* If you have a special interest in the station or its host country, you can try asking politely for specific information about the country, or for station souvenirs. Sometimes, stations send items like bookmarks (Radio Havana Cuba often does this), postcards (I got some from Radio Taiwan International), calendars (both VOA and Radio Havana Cuba have sent these to me), or stickers (Radio Exterior de Espana sent me one). WWV also sent me a large, informative booklet about the NIST time signal broadcasts after I inquired about the station's history and operations.

* Stations sometimes include reception report forms with QSL cards, which is a way to encourage you to continue submitting reception reports. In general, I think one QSL request per station per year is a reasonable limit, but you can submit reception reports as often as you like.

* If you plan to listen to a particular shortwave station on a regular basis (several times per month), you can ask the station if they will let you become an official broadcast monitor. Each station handles broadcast monitoring differently, and I do not have any experience with it. As a monitor, you will submit regular reception reports, and may be entitled to postage reimbursement as well as special gifts.

* Some stations expect you to reimburse them for the return postage. Radio New Zealand International is an example of a station that requests international reply coupons in exchange for a printed QSL card. Otherwise, they will send you a graphical QSL via email. Be sure to see the international reply coupon link at the top of this post.

* On the other hand, embargoes (such as the one imposed by the United States on Cuba) suggest that you do not send any money or postage reimbursement to Radio Havana Cuba. They have never requested it, and I have always submitted my requests for QSLs or give-aways to RHC via email. They have always been excellent responders for me.

* Something I realized recently is that I need to keep better records of my QSL activities. The details that should be recorded are: the station where the request was sent, the method and the address used, the date it was sent, and also the response that was received. Having all of this information will allow you to share it with others who are trying to accomplish the same thing.

I hope this helps you get involved in receiving QSLs. Let me know how it goes!

10 September 2006

shortwave summary, sep 2006 (part 1)

september 2006 reception reports: (part 1) (part 2) (part 3) (part 4) (part 5)

Here's my first set of shortwave reception reports for September 2006. It includes a couple very brief logs of Radio Australia, which I'm continuing to follow so that I can request a QSL card from them soon.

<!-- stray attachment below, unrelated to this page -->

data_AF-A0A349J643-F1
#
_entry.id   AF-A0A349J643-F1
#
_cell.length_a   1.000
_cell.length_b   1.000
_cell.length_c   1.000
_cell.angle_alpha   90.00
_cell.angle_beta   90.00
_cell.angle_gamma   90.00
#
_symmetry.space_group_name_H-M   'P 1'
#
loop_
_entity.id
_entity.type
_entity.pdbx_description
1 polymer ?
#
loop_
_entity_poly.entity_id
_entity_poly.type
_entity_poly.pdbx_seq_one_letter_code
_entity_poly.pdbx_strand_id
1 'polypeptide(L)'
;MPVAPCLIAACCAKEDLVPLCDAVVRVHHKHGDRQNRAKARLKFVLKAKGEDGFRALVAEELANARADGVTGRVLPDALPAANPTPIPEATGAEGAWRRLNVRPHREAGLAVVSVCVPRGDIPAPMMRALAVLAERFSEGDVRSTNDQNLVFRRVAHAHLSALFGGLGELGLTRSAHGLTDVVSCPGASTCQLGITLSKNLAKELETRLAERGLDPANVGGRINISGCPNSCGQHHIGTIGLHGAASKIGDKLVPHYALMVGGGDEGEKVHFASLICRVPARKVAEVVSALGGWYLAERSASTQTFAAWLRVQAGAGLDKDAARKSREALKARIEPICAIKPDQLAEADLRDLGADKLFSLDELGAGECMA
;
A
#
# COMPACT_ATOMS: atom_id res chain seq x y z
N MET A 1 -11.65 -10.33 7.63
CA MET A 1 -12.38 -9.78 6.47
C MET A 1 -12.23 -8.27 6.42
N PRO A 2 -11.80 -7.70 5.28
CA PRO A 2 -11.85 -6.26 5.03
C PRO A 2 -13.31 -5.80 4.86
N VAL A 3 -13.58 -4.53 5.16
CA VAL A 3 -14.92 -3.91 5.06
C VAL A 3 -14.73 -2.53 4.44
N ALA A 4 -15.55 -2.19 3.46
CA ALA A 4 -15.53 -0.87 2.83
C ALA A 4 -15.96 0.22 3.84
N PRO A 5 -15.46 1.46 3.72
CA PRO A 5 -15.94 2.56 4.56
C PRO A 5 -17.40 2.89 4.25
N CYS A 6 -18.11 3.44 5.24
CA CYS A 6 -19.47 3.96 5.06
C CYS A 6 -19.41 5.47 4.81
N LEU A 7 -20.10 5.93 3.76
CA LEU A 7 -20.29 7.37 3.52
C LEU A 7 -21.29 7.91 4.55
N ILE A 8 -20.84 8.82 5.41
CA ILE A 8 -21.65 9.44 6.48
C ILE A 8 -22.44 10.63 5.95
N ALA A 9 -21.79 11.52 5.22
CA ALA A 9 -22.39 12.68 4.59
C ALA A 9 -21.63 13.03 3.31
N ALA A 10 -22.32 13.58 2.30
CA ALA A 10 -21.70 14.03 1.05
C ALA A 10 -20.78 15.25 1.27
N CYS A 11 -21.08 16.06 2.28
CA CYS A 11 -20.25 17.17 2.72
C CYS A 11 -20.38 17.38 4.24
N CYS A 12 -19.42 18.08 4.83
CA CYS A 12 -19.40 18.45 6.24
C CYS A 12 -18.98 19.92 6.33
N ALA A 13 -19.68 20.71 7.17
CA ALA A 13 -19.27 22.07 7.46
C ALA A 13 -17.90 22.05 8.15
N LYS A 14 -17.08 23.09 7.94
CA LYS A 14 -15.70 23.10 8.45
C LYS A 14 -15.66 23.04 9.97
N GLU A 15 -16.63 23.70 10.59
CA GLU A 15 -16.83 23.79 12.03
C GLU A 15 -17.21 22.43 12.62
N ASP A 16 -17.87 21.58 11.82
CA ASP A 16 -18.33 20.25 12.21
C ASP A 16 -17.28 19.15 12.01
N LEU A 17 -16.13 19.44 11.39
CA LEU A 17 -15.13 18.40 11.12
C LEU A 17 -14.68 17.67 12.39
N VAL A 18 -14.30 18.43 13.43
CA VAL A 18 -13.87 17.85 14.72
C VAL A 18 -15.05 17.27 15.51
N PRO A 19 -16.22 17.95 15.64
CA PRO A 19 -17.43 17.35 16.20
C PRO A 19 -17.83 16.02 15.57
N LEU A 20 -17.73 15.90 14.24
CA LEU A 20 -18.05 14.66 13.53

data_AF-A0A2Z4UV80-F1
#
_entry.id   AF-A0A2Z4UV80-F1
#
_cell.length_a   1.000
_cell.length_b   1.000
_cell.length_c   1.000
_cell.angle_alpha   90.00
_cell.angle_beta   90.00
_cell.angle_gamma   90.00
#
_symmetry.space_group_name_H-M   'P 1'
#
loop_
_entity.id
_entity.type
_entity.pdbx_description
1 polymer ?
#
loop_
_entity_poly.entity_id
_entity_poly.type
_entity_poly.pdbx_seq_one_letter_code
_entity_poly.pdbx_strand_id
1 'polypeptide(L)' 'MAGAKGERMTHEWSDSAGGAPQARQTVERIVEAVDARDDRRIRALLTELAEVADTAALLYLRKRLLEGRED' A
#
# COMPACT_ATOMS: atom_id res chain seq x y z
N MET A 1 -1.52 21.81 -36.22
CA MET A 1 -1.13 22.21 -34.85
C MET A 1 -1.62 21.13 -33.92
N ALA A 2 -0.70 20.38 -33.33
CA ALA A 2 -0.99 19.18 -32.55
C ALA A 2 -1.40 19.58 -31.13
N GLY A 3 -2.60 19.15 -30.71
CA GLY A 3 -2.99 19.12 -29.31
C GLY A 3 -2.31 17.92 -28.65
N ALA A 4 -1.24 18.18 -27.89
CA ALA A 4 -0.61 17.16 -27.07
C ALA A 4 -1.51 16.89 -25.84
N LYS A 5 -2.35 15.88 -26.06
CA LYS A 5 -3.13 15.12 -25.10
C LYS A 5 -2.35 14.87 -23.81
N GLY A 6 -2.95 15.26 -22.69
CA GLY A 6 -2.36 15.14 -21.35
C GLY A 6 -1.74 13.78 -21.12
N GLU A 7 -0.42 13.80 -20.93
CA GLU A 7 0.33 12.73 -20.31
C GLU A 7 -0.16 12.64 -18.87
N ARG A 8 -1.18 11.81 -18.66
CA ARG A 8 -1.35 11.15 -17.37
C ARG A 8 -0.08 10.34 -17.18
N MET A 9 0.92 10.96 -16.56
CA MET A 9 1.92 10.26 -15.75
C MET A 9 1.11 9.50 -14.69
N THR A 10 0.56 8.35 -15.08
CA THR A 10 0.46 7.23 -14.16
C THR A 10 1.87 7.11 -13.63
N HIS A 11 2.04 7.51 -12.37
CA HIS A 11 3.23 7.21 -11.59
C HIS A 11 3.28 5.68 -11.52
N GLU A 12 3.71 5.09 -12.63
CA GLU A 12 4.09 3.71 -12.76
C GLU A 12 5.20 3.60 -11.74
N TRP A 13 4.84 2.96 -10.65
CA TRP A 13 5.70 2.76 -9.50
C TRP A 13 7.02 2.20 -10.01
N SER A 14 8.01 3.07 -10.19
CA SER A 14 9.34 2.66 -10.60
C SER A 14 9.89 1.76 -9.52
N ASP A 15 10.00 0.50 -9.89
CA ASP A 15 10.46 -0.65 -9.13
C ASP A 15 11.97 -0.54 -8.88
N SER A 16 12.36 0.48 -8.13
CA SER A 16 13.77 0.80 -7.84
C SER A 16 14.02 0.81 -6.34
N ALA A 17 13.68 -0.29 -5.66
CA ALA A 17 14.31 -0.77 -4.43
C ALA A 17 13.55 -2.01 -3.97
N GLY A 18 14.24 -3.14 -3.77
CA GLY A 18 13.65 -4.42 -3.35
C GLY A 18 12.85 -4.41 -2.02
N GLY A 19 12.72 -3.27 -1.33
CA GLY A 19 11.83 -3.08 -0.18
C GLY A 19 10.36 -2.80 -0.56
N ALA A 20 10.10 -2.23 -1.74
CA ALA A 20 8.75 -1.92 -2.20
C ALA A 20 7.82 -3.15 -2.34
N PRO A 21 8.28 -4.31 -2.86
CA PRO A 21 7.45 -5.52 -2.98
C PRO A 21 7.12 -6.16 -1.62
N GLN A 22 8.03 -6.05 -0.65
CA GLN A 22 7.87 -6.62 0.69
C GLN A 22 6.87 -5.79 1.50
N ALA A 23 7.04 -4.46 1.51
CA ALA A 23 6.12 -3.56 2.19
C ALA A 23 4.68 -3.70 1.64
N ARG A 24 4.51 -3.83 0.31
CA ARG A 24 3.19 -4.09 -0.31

My Eton E5 was generous enough to provide these receptions uninterrupted!

Received stations:
* Radio Australia
* Radio Havana Cuba
* China Radio International
* Radio Netherlands

* 03 Sep 2006, 0350 UTC, 15240 khz (Radio Australia): I got a strong signal here with just some slight fading, but it was all about sports. As I wrote in my log book, "I'm outta here!"

* 03 Sep 2006, 0354 UTC, 9820 khz (Radio Havana Cuba): This was a short reception, but I logged it because I almost never pick up Cuba on 9820 khz. Also, listening to Cuba before 0500 UTC is extremely rare for me, because the signals tend to be much weaker until the 0500-0700 UTC timeframe.

Two Latin songs with spanish vocals filled out the hour. Radio Havana Cuba identification. "Broadcasting from liberated territory." This signal was not very strong and had significant fading, but it is typically unusable for me at this time of day. Washington leads the way in war profiteering. Vicente Fox forced to cancel a speech following a protest over the elections. Fox submitted a written form of his speech. Fox started out as a president but ended up as a dictator.

I was using a wire antenna, which gave me stronger reception. Having an antenna connected to the radio is definitely something I need to do if I plan to try more band-scanning.

* 04 Sep 2006, 0700 UTC, 15240 khz (Radio Australia): Steve Irwin, the Crocodile Hunter, died in a diving accident. Australia might sell uranium to China. "You're listening to Radio Australia." I had my Degen DE31 active loop antenna connected to the E5's telescopic antenna during this reception. Then I switched to 13630 khz, which was the same broadcast, and I had much stronger reception so I was able to disconnect the loop antenna. The campaign to oust the Taiwanese president has gained pace. I hope to hear about this on Radio Taiwan International soon.

* 05 Sep 2006, 0300 UTC, 9790 khz (China Radio International): The China-Russia friendship tour has concluded. The tour lasted 40 days and ended in Moscow's Red Square. The Chinese ambassador to Zambia has challenged a presidential candidate of that country regarding establishing diplomatic relations with Taiwan. China is investing in ocean exploration technology. China will also build a third research center on Antarctica. Its first two stations in Antarctica are on the edge; the third center will be inland. The broadcaster said something about the "first inland research station in Antarctica," but didn't provide the context that other countries are already doing this!